Edited Collection: BOOM! #*@&! Splat: Comics and Violence

deadline for submissions: 
May 31, 2018
full name / name of organization: 
Jo Davis-McElligatt, PhD & Jim Coby, PhD
contact email: 

BOOM! #*@&! Splat: Comics and Violence

In the introduction to Seduction of the Innocent, Frederic Wertham suggested that “chronic stimulation, temptation and seduction by comic books [...] are contributing factors to many children’s maladjustment” (10). Anxious that children would be forever corrupted by the content of comics, Wertham identified representations and structures of violence as among his primary objections to comics narrative: “Here is violence galore, violence in the beginning, in the middle, and at the end” (8). Though anxieties regarding representations of violence in comics have largely fallen to the wayside, thematic and symbolic visual depictions of violence remain central to the comics form. From Captain America punching his way into the American consciousness to Phoebe Gloeckner’s depictions of sexual abuse, violence is an integral aspect of the comic medium. Though scholars such as Hillary Chute, Harriet Earle, and Martin Barker have addressed specific trends and/or themes related to violence in comics, such as war, trauma, horror comics, no sustained scholarly inquiry has yet to address this issue.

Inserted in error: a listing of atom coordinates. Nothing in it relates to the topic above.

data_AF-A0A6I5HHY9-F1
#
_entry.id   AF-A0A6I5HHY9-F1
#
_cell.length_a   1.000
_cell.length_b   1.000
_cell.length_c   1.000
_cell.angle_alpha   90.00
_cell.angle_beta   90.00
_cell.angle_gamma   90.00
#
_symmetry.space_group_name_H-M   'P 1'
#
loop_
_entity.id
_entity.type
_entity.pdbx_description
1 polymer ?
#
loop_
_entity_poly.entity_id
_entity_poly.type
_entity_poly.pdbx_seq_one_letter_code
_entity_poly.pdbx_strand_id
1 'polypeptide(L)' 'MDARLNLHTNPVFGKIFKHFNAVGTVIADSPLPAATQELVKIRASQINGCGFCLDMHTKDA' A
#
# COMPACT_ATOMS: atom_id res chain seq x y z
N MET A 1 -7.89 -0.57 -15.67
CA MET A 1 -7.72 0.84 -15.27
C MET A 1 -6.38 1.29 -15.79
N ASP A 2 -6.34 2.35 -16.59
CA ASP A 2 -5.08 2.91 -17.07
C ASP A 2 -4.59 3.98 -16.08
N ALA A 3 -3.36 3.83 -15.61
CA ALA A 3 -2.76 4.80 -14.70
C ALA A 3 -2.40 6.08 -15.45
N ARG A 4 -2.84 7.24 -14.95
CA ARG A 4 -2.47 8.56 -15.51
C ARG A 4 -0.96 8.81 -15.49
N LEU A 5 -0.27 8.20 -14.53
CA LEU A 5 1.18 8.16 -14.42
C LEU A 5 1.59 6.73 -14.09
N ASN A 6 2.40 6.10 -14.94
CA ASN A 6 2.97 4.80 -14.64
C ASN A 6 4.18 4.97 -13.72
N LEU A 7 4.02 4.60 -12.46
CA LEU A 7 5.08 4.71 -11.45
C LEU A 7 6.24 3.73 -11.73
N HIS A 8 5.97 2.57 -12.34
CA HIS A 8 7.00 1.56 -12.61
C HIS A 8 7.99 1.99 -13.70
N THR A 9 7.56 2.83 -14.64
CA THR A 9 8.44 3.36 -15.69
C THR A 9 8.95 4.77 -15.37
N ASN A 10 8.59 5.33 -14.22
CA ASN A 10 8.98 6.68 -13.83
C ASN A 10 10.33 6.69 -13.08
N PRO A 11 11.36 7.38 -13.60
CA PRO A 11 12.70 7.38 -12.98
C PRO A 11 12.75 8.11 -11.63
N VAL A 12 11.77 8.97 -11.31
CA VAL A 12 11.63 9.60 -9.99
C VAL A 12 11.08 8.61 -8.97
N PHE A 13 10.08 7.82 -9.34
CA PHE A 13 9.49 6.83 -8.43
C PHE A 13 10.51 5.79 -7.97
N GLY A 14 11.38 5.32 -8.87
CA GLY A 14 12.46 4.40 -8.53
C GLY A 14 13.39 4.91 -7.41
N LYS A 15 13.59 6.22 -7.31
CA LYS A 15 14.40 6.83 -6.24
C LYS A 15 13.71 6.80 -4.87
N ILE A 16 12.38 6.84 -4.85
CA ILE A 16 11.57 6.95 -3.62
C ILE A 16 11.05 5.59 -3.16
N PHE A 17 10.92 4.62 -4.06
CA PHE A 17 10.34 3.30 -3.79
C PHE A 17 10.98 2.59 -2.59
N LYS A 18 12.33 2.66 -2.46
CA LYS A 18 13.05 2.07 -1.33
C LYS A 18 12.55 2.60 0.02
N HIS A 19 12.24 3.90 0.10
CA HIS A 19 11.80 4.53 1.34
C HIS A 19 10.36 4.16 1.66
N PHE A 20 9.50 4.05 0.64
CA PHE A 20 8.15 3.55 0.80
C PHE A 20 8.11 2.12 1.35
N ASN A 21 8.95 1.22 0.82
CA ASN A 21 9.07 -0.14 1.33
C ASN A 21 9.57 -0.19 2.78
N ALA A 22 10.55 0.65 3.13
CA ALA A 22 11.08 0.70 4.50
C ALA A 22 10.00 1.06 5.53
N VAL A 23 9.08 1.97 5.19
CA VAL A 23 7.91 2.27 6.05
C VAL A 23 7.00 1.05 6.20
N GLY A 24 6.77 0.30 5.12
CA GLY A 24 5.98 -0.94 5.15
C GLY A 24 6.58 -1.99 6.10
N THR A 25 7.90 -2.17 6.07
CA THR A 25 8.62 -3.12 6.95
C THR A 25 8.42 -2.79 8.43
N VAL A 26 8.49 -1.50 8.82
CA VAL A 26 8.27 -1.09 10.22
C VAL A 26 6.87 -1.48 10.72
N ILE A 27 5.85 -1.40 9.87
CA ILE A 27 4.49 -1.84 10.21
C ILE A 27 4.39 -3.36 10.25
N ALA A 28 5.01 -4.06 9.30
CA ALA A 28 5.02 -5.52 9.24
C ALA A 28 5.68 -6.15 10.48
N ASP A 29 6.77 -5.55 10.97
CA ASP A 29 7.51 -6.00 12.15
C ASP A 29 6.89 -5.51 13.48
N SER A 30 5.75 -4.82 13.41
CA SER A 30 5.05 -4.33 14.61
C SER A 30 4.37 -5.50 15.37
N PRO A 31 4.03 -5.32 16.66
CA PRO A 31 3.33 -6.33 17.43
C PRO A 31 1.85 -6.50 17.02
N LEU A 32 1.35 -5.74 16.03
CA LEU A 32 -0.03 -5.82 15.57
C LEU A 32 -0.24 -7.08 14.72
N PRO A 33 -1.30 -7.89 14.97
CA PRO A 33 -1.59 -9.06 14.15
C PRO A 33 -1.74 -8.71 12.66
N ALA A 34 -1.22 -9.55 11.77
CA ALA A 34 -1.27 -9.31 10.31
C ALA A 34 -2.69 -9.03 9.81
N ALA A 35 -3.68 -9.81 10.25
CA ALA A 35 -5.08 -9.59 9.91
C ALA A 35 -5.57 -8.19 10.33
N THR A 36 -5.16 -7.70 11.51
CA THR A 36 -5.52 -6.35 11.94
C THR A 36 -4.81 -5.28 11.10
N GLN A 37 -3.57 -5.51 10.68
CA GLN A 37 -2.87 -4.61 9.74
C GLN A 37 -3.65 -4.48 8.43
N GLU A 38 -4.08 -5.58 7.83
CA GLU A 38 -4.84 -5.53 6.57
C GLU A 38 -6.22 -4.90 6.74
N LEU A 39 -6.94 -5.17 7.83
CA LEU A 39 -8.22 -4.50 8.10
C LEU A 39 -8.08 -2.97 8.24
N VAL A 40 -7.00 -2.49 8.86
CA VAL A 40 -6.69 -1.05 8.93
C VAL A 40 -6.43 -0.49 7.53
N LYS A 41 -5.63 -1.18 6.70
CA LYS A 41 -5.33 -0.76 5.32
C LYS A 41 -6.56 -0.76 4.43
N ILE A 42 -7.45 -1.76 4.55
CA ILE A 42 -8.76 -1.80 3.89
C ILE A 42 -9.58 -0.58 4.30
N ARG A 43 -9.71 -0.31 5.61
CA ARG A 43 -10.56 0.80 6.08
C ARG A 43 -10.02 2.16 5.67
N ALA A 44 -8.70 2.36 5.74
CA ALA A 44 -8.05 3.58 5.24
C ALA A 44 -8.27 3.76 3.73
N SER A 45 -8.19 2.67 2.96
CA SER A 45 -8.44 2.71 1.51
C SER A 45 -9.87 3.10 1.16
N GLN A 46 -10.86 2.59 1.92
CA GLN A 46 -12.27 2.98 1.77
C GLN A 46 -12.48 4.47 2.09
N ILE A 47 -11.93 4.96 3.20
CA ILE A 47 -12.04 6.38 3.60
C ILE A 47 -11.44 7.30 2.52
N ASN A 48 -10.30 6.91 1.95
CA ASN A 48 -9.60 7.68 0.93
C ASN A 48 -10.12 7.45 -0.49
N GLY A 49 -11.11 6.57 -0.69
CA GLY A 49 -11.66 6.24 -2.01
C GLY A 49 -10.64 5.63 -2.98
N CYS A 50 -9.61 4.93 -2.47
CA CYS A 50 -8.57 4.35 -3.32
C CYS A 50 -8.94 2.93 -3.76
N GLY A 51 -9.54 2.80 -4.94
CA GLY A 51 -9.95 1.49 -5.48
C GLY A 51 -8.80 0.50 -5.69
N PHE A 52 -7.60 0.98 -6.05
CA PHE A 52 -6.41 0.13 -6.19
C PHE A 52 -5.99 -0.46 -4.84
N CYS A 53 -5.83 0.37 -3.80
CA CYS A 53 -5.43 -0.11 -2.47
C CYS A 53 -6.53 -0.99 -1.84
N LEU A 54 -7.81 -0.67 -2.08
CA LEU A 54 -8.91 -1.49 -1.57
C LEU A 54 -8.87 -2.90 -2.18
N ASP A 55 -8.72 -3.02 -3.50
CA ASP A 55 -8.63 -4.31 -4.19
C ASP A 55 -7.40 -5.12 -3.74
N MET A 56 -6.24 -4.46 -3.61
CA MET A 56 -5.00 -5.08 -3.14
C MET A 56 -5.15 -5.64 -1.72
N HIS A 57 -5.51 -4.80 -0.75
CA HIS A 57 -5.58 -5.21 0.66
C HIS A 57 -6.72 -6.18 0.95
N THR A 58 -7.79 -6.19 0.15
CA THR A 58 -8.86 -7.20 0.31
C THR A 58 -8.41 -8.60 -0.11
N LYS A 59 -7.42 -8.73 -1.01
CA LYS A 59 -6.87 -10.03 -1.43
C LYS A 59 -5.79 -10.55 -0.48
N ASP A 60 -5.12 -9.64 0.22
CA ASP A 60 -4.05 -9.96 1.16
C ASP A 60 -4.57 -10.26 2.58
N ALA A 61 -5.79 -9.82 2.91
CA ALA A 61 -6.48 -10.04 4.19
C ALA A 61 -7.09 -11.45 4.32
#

Our collection, in taking an inclusive and wide-ranging approach to both violence and comics, seeks to understand how the confluence of words and images might ask readers to consider violence in ways unique to the medium. We welcome scholarship from academics of comics and other fields alike. A notable academic press has expressed enthusiastic interest in this project.

Potential avenues for exploration include:

  • Form and structure elements (i.e., symbolia, jagged speech balloons, emanata)

  • Receptions of violence in comics genres (e.g., horror, superhero, war, and adventure)  

  • Cultural production and contexts

  • Cartoon and slapstick violence (e.g., Krazy Kat, Calvin and Hobbes)

  • Comics and war/witness (e.g., Joe Sacco, Marjane Satrapi, Art Spiegelman)

  • Physical and psychological family violence (e.g. Alison Bechdel, Craig Thompson, Will Eisner)

  • Sexual violence (e.g., Phoebe Gloeckner, Justin Green)

  • Superhero violence (e.g., Alan Moore, Frank Miller, Jack Kirby, Marvel/DC)

  • History and violence (e.g., John Lewis, Andrew Aydin, & Nate Powell, Keiji Nakazawa, Chester Brown)

  • The grotesque and/or bizarre (e.g., Daniel Clowes, Jason, Charles Burns)

  • Pedagogical approaches to teaching violence in comics

Interested parties should submit bio of 150-200 words and an abstract of approximately 300-500 words to Joanna Davis-McElligatt (jcdmce@louisiana.edu) and Jim Coby (james.coby@uah.edu) by May 31. Contributors will be notified no later than July 30. Completed essay drafts (4000-5000 words) will be due December 15th, 2018.